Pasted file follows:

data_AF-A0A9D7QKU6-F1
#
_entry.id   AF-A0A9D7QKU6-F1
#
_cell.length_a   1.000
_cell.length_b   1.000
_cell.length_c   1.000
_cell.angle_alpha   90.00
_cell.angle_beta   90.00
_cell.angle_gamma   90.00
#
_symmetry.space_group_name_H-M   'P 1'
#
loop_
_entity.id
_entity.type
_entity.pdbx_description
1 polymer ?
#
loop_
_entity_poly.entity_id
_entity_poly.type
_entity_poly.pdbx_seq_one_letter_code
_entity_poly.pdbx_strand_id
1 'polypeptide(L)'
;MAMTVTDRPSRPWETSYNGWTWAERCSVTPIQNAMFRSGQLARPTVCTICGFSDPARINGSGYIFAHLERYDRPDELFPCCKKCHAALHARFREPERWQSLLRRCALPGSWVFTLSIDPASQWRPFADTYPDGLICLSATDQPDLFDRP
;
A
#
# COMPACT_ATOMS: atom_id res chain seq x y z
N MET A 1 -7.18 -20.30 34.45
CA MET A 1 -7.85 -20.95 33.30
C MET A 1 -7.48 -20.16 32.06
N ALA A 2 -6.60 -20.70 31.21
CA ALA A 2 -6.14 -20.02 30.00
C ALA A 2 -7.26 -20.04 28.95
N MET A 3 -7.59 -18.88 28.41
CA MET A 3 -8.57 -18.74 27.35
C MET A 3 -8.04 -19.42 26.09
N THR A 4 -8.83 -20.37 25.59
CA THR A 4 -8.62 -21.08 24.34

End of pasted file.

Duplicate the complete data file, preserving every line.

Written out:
data_AF-A0A9D7QKU6-F1
#
_entry.id   AF-A0A9D7QKU6-F1
#
_cell.length_a   1.000
_cell.length_b   1.000
_cell.length_c   1.000
_cell.angle_alpha   90.00
_cell.angle_beta   90.00
_cell.angle_gamma   90.00
#
_symmetry.space_group_name_H-M   'P 1'
#
loop_
_entity.id
_entity.type
_entity.pdbx_description
1 polymer ?
#
loop_
_entity_poly.entity_id
_entity_poly.type
_entity_poly.pdbx_seq_one_letter_code
_entity_poly.pdbx_strand_id
1 'polypeptide(L)'
;MAMTVTDRPSRPWETSYNGWTWAERCSVTPIQNAMFRSGQLARPTVCTICGFSDPARINGSGYIFAHLERYDRPDELFPCCKKCHAALHARFREPERWQSLLRRCALPGSWVFTLSIDPASQWRPFADTYPDGLICLSATDQPDLFDRP
;
A
#
# COMPACT_ATOMS: atom_id res chain seq x y z
N MET A 1 -7.18 -20.30 34.45
CA MET A 1 -7.85 -20.95 33.30
C MET A 1 -7.48 -20.16 32.06
N ALA A 2 -6.60 -20.70 31.21
CA ALA A 2 -6.14 -20.02 30.00
C ALA A 2 -7.26 -20.04 28.95
N MET A 3 -7.59 -18.88 28.41
CA MET A 3 -8.57 -18.74 27.35
C MET A 3 -8.04 -19.42 26.09
N THR A 4 -8.83 -20.37 25.59
CA THR A 4 -8.62 -21.08 24.34